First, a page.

Catcher In the Rye vs. Grapes of Wrath Essay

1787 Words Oct 20th, 2013 8 Pages
Inherent Corruption in Society The inherent aversion to corruption in society often inspires individuals to respond to the issue in hopes of minimizing the drastic effects it may have on people. This shared disdain for such corruption is analyzed in The Catcher in the Rye and The Grapes of Wrath. Both authors address the corruption; however they do so from different perspectives they come to differing resolutions. Both protagonists in their novels experience isolation as a result of society’s corruption; however, Salinger’s chooses to isolate himself whereas Steinbeck’s experiences isolation inadvertently. J.D. Salinger’s The Catcher in the Rye and John Steinbeck’s The Grapes of Wrath share a social commentary about how corruption …show more content…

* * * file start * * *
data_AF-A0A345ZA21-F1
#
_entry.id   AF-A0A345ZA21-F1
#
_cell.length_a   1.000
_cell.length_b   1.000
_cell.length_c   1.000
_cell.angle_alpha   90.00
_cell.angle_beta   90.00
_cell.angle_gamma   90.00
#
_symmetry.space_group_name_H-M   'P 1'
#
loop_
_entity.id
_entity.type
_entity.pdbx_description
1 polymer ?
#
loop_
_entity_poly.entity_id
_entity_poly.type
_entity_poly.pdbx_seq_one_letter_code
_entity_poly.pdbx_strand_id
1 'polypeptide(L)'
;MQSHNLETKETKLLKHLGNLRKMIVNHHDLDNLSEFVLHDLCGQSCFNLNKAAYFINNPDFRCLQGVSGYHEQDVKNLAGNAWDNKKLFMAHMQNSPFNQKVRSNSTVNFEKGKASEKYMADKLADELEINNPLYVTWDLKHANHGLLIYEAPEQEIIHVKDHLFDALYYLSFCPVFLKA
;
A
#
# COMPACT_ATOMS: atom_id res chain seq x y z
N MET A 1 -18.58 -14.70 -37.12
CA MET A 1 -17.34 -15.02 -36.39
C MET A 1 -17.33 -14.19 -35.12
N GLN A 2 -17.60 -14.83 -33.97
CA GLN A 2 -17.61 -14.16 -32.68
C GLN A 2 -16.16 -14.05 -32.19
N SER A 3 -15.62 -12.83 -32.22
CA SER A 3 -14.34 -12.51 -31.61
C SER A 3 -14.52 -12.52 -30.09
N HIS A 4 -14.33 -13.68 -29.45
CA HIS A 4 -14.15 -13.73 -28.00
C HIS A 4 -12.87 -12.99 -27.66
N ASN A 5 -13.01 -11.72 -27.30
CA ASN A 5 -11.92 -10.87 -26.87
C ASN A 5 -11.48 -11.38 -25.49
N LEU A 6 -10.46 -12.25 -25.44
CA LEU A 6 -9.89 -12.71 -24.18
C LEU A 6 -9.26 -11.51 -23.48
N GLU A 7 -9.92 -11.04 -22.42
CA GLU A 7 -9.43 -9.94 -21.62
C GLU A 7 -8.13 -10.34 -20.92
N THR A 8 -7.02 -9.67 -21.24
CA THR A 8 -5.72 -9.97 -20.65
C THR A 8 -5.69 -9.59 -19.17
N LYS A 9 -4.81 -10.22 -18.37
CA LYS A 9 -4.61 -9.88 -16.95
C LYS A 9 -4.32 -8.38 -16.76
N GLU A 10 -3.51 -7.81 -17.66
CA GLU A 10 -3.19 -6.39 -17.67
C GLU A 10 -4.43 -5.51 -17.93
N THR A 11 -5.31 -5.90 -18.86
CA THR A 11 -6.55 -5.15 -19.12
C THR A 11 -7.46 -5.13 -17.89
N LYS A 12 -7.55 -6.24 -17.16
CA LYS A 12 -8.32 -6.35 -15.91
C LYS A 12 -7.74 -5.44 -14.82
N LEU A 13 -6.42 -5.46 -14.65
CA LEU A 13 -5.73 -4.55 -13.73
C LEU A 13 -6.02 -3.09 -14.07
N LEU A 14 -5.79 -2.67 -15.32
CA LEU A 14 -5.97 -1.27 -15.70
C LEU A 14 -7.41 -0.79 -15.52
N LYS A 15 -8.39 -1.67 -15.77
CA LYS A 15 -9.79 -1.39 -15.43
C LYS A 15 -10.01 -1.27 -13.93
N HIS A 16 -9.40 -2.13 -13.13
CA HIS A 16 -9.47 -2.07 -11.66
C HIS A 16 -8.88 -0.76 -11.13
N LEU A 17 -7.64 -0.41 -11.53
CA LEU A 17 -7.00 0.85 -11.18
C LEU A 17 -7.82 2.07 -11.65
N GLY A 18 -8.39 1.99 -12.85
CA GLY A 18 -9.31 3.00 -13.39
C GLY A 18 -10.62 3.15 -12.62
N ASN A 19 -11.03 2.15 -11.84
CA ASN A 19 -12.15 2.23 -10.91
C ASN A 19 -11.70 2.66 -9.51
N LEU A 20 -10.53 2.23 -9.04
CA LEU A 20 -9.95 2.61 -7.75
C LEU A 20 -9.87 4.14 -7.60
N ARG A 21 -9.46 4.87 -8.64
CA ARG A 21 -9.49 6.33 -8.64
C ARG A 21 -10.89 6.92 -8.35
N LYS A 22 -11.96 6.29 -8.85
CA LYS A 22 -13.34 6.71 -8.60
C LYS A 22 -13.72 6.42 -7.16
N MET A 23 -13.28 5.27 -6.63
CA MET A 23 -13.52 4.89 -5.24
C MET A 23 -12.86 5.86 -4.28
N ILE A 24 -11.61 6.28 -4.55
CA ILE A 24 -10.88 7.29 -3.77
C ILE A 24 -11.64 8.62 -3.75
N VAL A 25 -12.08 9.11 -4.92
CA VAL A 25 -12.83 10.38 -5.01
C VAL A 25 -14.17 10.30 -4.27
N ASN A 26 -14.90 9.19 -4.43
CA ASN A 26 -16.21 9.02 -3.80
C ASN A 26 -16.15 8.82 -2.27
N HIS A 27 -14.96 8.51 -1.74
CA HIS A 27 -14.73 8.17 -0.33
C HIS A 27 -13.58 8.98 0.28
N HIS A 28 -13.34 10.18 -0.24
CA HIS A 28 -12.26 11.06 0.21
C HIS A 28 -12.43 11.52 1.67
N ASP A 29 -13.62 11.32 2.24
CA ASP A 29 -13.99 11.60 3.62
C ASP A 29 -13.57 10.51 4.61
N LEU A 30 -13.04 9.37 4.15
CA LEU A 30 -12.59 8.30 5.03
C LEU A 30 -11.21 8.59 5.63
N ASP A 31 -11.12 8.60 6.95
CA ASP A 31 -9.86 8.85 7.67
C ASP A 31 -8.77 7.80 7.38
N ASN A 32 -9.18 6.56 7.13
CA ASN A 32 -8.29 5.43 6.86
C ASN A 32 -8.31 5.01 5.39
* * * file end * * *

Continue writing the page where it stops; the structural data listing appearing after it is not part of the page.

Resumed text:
Such harsh condemnation due to a place of origination reveals how society’s corruption has lead to the inadvertent alienation Tom receives throughout the novel. Though Holden Caulfield’s isolation from others is deliberate, and Tom Joad is involuntarily segregated, isolation as a result of society’s corruption plays a significant role in both novels. Salinger and Steinbeck also use different motifs to illustrate society’s corruption and its effect on people. In The Catcher in the Rye Salinger uses the motif of the preservation of innocence to clarify the gravity of society’s corruption. Holden loses his innocence as a child when his brother Allie dies. Although he cannot come to terms with his brother’s death, Holden is confident that he can find solace by saving the other innocent children from the corrupt society they live in. Holden tells his younger sister Phoebe, his main inspiration for preserving innocence, that “[he has] to catch everybody if they start to go over the cliff…. [He will] just be the catcher in the rye and all. [He knows] it’s crazy but that’s the only thing [he’d] really like to be” (173). Holden’s only ambition in life is to rescue children from falling into society’s corruption. He is so infatuated with this notion that he even refuses to sleep with a prostitute that he has paid for. As the prostitute is waiting to do what she is getting paid for, Holden realizes how young